gross domestic product

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gross domestic product:

see gross national productgross national product
(GNP), in economics, a quantitative measure of a nation's total economic activity, generally assessed yearly or quarterly. In estimating the GNP, only the final value of a product is counted (e.g., automobiles, but not the steel that they contain).
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gross domestic product

the total value of all goods and services produced domestically by a nation during a year. It is equivalent to gross national product minus net investment incomes from foreign nations
References in periodicals archive ?
Despite billions of pounds being poured into the West Wales and Valleys region since 2000, official statistics released yesterday show that in 2009 it had a GDP per head rating equivalent to just 68.
Moreover, the classic perverse logic of certain management consultants can be seen in the argument of those entering consumer businesses in Egypt -- with a low GDP per head of about $1,300, and a population of 65 million, growth potential is massive, so get in early.
pre-crash), the IMF reported that average GDP per head in the United States stood at $47,000, and at $46,000 in the UK.
Northern Ireland has the lowest regional GDP per head in 1998, at pounds 9,400, followed by the North-east at pounds 9,800.
nominal GDP, GDP per head, real GDP growth, inflation, F/X rate)
Yet today's report points out that Scotland has a higher GDP per head than the six least prosperous English regions.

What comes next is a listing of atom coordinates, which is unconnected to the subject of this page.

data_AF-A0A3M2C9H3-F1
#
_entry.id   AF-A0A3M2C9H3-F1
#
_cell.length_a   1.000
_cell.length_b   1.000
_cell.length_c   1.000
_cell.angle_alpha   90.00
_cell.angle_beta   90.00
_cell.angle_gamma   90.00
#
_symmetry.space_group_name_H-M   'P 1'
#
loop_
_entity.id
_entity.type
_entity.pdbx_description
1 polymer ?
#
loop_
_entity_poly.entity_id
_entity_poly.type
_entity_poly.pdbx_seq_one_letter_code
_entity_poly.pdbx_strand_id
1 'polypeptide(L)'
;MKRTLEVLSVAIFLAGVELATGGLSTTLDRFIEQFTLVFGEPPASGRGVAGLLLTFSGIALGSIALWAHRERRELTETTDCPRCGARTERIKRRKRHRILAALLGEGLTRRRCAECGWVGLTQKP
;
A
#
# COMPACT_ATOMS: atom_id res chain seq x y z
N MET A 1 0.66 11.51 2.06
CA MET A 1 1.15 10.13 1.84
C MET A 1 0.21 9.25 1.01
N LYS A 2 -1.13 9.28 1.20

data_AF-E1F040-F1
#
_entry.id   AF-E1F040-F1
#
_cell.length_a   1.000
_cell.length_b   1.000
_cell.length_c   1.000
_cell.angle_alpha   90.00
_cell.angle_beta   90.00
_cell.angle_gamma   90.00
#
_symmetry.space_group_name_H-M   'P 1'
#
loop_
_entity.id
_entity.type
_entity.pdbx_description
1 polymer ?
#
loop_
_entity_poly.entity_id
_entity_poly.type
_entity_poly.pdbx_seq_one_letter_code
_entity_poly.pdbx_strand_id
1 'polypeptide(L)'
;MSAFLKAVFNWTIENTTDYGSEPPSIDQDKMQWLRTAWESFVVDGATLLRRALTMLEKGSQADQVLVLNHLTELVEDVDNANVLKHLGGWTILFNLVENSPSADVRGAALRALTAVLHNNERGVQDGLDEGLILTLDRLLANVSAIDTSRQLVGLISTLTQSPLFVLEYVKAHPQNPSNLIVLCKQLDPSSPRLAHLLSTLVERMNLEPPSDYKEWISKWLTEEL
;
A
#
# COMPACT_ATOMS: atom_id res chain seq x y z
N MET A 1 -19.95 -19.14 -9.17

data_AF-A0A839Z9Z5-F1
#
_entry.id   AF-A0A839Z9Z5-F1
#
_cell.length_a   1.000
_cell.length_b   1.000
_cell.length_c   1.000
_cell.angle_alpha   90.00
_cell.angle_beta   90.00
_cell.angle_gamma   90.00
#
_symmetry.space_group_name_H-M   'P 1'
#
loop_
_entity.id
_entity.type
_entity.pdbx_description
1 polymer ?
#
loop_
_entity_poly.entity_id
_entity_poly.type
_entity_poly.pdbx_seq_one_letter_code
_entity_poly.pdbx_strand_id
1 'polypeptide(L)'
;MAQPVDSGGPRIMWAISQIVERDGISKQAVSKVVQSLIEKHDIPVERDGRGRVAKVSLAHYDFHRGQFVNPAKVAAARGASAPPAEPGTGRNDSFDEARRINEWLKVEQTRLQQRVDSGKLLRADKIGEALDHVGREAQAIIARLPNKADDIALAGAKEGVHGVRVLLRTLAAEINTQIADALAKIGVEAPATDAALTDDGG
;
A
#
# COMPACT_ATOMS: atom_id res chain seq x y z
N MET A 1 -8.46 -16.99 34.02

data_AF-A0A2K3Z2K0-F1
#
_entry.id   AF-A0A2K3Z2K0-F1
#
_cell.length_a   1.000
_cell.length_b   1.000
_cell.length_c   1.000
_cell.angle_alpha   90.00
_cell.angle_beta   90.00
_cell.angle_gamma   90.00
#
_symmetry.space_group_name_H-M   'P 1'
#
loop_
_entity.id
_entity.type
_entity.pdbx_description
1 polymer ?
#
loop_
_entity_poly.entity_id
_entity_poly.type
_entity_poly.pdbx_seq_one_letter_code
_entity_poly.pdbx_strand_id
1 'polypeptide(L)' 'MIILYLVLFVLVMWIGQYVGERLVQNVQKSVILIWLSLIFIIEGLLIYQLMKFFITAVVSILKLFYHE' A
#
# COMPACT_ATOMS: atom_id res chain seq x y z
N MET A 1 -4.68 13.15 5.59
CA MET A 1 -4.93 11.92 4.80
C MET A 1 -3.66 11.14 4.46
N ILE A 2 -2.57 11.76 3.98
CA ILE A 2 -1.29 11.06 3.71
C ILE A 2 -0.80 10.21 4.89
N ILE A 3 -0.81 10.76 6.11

Frankfurt am Main came top with a GDP per head of pounds 43,317, followed by Karlsruhe in Germany (pounds 43,600) and Paris (pounds 41,799).
David Hughes, Head of the European Commission Office in Wales, said: "The huge disparity in wealth between London and the rest of the UK has nothing to do with EU structural funds and the main reason why Wales did not cross the threshold of 75% of EU average GDP per head for the new round of funding was because the UK as a whole dropped by well over 10% compared with the EU average between 2004 and 2010.
GDP per head in the South is greater than the North.
In 2001 Newcastle was in 58th position in the rankings of leading European cities by GDP per head.
Yet the West Midlands was no more than 'in the pack' when set against the other English regions - GDP growth fifth out of eight; GDP per head, fourth; new business registration, sixth; new products, fifth.
Figure 3-5: Forecast for GDP per Head ('000 US$), 2009-2013